Dual 1.25 GHz Power Mac G4
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Photoshop Benchmarks
Next, we tested the machine using Photoshop 7.



Photoshop Benchmark 1
1. This first Photoshop 7 benchmark involves layer styles and transformation. Beginning with the same image, it converts the background to a layer, applies bevel and emboss and satin, rotates the canvas 360 degrees in 90 degree increments and then performs a horizontal and vertical flip of the layer.



Photoshop Benchmark 2

2. The next test goes into filter effects. In Photoshop, various filters offer radically differing performance. The Gaussian Blur, for example, can take great advantage of the dual processors, while something like Colored Pencil can't. This test resizes the image 500 percent and then applies the following filters: Ink Outlines, Glowing Edges, Tiles, Bas Relief, Lighting Effects, Difference Clouds, Mosaic, Pinch, Colored Pencil, Gaussian Blur and Curves.



Photoshop Benchmark 3

3. The last test consists of a huge string of effects, transformations, text manipulation and adjustments. It goes like this: Convert background to layer; resize image 500 percent; apply Inner Glow; apply Gradient Overlay; make four different adjustment layers (Curves, Gradient Map, Selective Color and Color Balance); make text; set antialias; warp text (arc); warp text (flag); rasterize text; set selection; duplicate; scale 411 percent; save alpha; select inverse; and fill with solid color.
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Conclusion
So, as you can see, the new dual 1.25GHz Macs are faster than their predecessors, as we expected. But they could have been even faster, if only the Motorola chips could play along with the speedy DDR memory. But we're not complaining. Even if Apple did have to overclock this tough hombre and fill the box with holes and noisy fans, the extra speed will certainly come in handy for After Effects jockeys, and for that, we're grateful. I have to say, for an aggressive and innovative company dealing with a nearly brain-dead chipmaker, this new computer represents a resourceful effort on the part of Apple to keep the Mac platform competitive.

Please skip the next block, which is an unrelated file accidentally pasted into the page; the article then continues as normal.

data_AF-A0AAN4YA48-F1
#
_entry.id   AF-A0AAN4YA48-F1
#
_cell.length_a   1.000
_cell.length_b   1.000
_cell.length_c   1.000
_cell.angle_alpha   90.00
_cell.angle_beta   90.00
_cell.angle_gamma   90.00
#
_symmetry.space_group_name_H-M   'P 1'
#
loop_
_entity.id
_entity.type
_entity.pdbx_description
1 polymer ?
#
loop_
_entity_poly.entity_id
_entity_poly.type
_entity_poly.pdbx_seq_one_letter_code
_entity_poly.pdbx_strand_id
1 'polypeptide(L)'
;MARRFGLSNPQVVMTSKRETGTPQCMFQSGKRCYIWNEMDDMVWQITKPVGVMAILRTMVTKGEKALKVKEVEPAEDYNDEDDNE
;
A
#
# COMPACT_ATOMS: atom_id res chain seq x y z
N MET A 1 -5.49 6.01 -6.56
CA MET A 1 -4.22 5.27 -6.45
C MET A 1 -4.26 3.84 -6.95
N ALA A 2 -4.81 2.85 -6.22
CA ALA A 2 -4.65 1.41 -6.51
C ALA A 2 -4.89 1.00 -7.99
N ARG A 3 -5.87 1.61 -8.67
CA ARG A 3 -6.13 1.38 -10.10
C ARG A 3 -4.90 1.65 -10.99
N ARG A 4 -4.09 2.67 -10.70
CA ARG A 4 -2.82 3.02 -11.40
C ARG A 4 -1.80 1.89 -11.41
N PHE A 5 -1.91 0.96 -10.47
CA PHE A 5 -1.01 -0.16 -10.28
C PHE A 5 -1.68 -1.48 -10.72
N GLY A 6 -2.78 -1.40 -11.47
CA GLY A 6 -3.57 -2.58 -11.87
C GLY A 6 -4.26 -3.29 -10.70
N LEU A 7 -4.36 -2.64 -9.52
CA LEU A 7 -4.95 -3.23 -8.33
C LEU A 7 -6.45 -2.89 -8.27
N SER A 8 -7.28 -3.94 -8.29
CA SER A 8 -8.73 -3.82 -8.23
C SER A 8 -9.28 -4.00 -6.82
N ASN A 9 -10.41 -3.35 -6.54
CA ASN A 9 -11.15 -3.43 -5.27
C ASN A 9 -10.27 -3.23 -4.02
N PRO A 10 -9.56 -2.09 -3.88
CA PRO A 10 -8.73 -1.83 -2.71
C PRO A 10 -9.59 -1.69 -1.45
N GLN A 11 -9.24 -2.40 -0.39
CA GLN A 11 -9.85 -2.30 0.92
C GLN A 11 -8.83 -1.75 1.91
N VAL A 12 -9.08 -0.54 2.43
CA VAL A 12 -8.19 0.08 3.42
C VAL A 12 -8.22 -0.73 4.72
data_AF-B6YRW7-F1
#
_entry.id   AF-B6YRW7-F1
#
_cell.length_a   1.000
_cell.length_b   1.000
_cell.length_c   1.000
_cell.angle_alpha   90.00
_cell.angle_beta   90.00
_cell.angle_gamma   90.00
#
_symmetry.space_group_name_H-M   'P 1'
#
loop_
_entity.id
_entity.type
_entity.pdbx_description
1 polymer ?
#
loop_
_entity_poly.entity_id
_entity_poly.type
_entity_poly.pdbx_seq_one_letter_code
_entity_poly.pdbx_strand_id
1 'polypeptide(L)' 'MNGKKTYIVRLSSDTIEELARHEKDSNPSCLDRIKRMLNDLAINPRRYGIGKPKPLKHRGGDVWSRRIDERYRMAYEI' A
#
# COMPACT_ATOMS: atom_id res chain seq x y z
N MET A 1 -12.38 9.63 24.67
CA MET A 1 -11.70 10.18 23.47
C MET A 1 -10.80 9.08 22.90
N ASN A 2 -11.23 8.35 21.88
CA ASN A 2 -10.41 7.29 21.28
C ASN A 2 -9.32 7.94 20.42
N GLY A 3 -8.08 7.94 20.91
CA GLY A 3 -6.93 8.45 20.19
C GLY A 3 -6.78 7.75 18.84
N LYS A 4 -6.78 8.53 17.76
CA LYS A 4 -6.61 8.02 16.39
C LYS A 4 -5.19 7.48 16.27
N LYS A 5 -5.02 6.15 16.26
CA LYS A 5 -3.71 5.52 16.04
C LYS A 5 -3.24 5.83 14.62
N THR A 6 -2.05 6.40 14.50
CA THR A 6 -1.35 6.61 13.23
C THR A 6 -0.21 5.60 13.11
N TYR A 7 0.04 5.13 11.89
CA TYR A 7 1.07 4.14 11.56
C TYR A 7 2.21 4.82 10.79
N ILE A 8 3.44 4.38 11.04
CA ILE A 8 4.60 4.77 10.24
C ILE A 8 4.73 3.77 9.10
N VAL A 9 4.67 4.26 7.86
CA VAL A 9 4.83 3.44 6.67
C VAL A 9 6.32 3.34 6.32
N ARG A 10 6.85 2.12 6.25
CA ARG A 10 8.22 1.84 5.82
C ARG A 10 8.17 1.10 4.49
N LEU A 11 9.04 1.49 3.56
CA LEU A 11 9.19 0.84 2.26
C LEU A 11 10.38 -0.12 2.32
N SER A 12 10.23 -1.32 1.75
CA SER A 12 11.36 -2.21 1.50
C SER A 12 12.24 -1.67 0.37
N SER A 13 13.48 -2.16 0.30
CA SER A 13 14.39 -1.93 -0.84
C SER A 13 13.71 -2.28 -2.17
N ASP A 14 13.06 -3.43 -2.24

By the way, we've gotten literally hundreds of requests for a re-match of our shootout between the Mac dual 1GHz G4 and Dell's 2.53GHz P4 box (Benchmark Duel: Mac vs. PC, Round II), so we're going to hold onto these benchmark numbers, and then run the identical tests on the fastest PC we can get our hands on. We're currently waiting for Dell to send us a machine with Intel's fastest processor, which the company promises will arrive here at the Midwest Test Facility in about two weeks. It's so new, they won't even tell us how fast its processor is. We do know the company has decided to send us another single-processor Intel P4 machine, configured as closely to this Mac as possible. Look for the results of this upcoming shootout between the Mac and PC, Benchmark Duel: Mac vs. PC, Round III, right here on Digital Media Net.

Here's the configuration of this machine:
  • Dual 1.25GHz PowerPC G4
  • 256K L2 cache & 2MB L3 cache/processor
  • 167MHz System Bus
  • 1GB PC2700 DDR SDRAM
  • 120GB Ultra ATA drive
  • SuperDrive (DVD-R/CD-RW)
  • NVidia GeForce4 Titanium dual-display graphics card w/128MB DDR
  • 56K internal modem
    Price as tested: $3,949.00


    Charlie White, your humble storytellerCharlie White has been writing about new media and digital video since it was the laughingstock of the television industry. A technology journalist and columnist for the past eight years, White is also an Emmy-winning producer, video editor and shot-calling PBS TV director with 28 years broadcast experience. Talk back -- Send Chazz a note at [email protected].

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